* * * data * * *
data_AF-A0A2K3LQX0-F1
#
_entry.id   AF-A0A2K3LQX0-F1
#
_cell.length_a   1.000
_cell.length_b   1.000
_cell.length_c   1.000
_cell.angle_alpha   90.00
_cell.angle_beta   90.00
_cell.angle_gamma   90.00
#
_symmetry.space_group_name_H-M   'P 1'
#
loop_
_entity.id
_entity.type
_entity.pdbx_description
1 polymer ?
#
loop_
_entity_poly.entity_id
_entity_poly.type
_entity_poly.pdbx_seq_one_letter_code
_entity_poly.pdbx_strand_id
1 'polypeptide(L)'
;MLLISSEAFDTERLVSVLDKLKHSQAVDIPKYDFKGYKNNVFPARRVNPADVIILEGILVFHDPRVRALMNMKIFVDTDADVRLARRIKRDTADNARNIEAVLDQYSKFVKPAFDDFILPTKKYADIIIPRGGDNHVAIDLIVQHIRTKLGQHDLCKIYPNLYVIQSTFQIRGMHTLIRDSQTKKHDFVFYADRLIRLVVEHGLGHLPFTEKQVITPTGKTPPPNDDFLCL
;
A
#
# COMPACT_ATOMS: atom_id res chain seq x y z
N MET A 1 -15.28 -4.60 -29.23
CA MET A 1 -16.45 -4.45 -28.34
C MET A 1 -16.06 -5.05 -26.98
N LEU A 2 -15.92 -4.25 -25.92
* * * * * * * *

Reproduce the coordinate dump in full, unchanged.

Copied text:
data_AF-A0A2K3LQX0-F1
#
_entry.id   AF-A0A2K3LQX0-F1
#
_cell.length_a   1.000
_cell.length_b   1.000
_cell.length_c   1.000
_cell.angle_alpha   90.00
_cell.angle_beta   90.00
_cell.angle_gamma   90.00
#
_symmetry.space_group_name_H-M   'P 1'
#
loop_
_entity.id
_entity.type
_entity.pdbx_description
1 polymer ?
#
loop_
_entity_poly.entity_id
_entity_poly.type
_entity_poly.pdbx_seq_one_letter_code
_entity_poly.pdbx_strand_id
1 'polypeptide(L)'
;MLLISSEAFDTERLVSVLDKLKHSQAVDIPKYDFKGYKNNVFPARRVNPADVIILEGILVFHDPRVRALMNMKIFVDTDADVRLARRIKRDTADNARNIEAVLDQYSKFVKPAFDDFILPTKKYADIIIPRGGDNHVAIDLIVQHIRTKLGQHDLCKIYPNLYVIQSTFQIRGMHTLIRDSQTKKHDFVFYADRLIRLVVEHGLGHLPFTEKQVITPTGKTPPPNDDFLCL
;
A
#
# COMPACT_ATOMS: atom_id res chain seq x y z
N MET A 1 -15.28 -4.60 -29.23
CA MET A 1 -16.45 -4.45 -28.34
C MET A 1 -16.06 -5.05 -26.98
N LEU A 2 -15.92 -4.25 -25.92